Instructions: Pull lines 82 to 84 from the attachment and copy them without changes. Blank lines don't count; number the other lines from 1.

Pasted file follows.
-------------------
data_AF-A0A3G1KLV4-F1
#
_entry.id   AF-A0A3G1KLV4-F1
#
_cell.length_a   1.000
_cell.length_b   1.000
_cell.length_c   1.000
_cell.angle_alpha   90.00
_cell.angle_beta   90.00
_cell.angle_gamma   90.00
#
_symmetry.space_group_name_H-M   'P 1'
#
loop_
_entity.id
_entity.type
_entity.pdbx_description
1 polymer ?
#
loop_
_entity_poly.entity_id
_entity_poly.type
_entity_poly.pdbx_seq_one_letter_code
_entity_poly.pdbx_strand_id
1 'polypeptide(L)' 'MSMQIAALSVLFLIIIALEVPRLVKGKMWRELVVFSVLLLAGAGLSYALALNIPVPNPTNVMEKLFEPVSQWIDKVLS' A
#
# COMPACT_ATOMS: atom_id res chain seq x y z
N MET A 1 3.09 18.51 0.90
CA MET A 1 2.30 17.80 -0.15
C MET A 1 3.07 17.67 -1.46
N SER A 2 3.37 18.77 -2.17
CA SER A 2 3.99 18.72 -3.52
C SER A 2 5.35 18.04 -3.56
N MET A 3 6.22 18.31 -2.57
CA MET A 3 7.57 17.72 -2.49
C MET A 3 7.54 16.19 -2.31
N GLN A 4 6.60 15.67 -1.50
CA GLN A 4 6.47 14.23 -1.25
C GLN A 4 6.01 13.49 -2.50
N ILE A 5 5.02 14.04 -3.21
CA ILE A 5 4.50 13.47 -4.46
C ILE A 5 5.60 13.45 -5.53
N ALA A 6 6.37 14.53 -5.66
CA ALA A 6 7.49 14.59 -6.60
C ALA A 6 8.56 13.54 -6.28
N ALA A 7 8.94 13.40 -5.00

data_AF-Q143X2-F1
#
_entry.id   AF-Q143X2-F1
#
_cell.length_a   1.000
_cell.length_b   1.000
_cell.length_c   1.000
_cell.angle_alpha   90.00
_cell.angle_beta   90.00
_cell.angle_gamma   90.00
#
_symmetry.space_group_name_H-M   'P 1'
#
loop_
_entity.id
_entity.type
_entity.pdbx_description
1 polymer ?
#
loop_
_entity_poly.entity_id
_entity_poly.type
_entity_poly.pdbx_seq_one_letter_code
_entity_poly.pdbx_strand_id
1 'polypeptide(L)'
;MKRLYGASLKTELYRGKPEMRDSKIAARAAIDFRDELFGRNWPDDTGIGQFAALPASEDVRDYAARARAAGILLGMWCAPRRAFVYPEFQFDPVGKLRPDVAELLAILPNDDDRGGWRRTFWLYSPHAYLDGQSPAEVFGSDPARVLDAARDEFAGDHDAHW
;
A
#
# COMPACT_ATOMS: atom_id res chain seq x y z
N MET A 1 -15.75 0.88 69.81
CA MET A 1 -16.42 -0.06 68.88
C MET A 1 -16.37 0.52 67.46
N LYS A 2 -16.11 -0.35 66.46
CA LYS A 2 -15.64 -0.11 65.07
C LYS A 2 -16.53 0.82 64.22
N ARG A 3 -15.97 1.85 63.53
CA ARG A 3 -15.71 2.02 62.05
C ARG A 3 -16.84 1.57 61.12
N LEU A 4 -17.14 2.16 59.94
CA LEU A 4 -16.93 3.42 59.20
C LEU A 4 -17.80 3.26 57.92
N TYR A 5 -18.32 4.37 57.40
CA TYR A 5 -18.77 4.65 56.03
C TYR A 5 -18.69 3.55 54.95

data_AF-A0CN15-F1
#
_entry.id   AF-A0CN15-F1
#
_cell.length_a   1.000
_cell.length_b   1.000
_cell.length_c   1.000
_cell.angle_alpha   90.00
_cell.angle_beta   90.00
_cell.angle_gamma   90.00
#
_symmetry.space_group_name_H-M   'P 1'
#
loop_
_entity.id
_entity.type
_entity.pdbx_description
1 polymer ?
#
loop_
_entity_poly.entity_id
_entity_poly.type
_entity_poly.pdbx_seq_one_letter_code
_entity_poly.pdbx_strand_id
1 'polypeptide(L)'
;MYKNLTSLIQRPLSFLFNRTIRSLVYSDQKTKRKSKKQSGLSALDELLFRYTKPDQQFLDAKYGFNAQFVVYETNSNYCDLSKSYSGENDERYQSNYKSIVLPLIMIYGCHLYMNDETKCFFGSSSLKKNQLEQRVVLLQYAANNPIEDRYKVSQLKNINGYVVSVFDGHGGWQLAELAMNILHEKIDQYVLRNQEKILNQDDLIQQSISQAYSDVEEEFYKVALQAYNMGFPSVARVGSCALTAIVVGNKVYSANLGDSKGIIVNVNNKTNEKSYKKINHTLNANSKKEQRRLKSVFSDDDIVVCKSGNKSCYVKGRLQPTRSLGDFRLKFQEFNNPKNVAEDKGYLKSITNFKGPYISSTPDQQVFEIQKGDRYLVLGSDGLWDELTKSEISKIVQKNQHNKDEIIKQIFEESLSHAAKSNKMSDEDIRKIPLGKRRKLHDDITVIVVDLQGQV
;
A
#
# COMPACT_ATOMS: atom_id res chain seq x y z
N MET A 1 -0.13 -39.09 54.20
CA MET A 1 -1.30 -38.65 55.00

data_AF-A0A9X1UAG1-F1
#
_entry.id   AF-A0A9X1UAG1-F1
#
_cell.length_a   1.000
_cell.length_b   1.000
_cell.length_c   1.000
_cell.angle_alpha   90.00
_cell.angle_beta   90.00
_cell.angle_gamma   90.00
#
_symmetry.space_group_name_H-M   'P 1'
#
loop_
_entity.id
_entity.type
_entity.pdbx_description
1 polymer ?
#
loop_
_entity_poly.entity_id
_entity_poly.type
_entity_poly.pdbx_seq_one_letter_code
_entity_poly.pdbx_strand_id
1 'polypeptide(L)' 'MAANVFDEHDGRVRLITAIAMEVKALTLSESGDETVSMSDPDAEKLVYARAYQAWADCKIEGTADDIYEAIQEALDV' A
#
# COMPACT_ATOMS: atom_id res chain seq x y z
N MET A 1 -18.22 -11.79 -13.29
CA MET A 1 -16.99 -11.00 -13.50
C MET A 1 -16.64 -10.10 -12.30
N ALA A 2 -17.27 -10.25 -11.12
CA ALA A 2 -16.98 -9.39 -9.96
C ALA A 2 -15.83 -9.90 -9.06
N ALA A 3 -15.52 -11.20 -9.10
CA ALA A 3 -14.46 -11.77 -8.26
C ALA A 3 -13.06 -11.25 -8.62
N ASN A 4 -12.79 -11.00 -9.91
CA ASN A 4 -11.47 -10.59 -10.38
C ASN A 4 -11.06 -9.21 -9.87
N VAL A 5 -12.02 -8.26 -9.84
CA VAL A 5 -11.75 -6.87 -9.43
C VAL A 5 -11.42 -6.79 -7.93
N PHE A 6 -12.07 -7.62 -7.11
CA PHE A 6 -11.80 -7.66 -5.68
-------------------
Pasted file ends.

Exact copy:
C LYS A 2 -16.53 0.82 64.22
N ARG A 3 -15.97 1.85 63.53
CA ARG A 3 -15.71 2.02 62.05